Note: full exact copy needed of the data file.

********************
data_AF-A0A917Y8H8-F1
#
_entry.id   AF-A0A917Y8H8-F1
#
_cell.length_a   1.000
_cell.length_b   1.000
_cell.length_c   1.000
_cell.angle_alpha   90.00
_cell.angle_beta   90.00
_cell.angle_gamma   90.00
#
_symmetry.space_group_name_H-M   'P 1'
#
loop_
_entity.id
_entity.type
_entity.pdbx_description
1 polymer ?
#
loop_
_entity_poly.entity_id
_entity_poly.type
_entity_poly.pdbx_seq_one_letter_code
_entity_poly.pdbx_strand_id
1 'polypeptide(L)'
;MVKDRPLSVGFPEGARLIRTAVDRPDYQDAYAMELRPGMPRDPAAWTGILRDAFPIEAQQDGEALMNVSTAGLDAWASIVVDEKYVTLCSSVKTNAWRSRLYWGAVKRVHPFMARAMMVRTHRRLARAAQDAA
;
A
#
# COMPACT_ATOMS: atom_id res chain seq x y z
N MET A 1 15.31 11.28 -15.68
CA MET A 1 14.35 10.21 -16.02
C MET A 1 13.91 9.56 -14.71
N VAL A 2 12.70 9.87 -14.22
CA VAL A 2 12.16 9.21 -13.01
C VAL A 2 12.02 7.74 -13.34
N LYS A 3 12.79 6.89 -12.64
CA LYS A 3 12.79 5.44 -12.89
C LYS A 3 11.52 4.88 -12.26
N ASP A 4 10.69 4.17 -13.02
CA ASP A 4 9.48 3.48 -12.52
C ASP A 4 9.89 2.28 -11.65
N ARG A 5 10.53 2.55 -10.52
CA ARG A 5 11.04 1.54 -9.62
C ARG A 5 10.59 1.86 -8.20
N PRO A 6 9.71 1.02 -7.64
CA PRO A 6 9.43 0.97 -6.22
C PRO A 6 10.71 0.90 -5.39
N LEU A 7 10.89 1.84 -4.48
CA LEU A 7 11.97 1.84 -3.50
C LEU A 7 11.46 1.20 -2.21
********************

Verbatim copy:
data_AF-A0A917Y8H8-F1
#
_entry.id   AF-A0A917Y8H8-F1
#
_cell.length_a   1.000
_cell.length_b   1.000
_cell.length_c   1.000
_cell.angle_alpha   90.00
_cell.angle_beta   90.00
_cell.angle_gamma   90.00
#
_symmetry.space_group_name_H-M   'P 1'
#
loop_
_entity.id
_entity.type
_entity.pdbx_description
1 polymer ?
#
loop_
_entity_poly.entity_id
_entity_poly.type
_entity_poly.pdbx_seq_one_letter_code
_entity_poly.pdbx_strand_id
1 'polypeptide(L)'
;MVKDRPLSVGFPEGARLIRTAVDRPDYQDAYAMELRPGMPRDPAAWTGILRDAFPIEAQQDGEALMNVSTAGLDAWASIVVDEKYVTLCSSVKTNAWRSRLYWGAVKRVHPFMARAMMVRTHRRLARAAQDAA
;
A
#
# COMPACT_ATOMS: atom_id res chain seq x y z
N MET A 1 15.31 11.28 -15.68
CA MET A 1 14.35 10.21 -16.02
C MET A 1 13.91 9.56 -14.71
N VAL A 2 12.70 9.87 -14.22
CA VAL A 2 12.16 9.21 -13.01
C VAL A 2 12.02 7.74 -13.34
N LYS A 3 12.79 6.89 -12.64
CA LYS A 3 12.79 5.44 -12.89
C LYS A 3 11.52 4.88 -12.26
N ASP A 4 10.69 4.17 -13.02
CA ASP A 4 9.48 3.48 -12.52
C ASP A 4 9.89 2.28 -11.65
N ARG A 5 10.53 2.55 -10.52
CA ARG A 5 11.04 1.54 -9.62
C ARG A 5 10.59 1.86 -8.20
N PRO A 6 9.71 1.02 -7.64
CA PRO A 6 9.43 0.97 -6.22
C PRO A 6 10.71 0.90 -5.39
N LEU A 7 10.89 1.84 -4.48
CA LEU A 7 11.97 1.84 -3.50
C LEU A 7 11.46 1.20 -2.21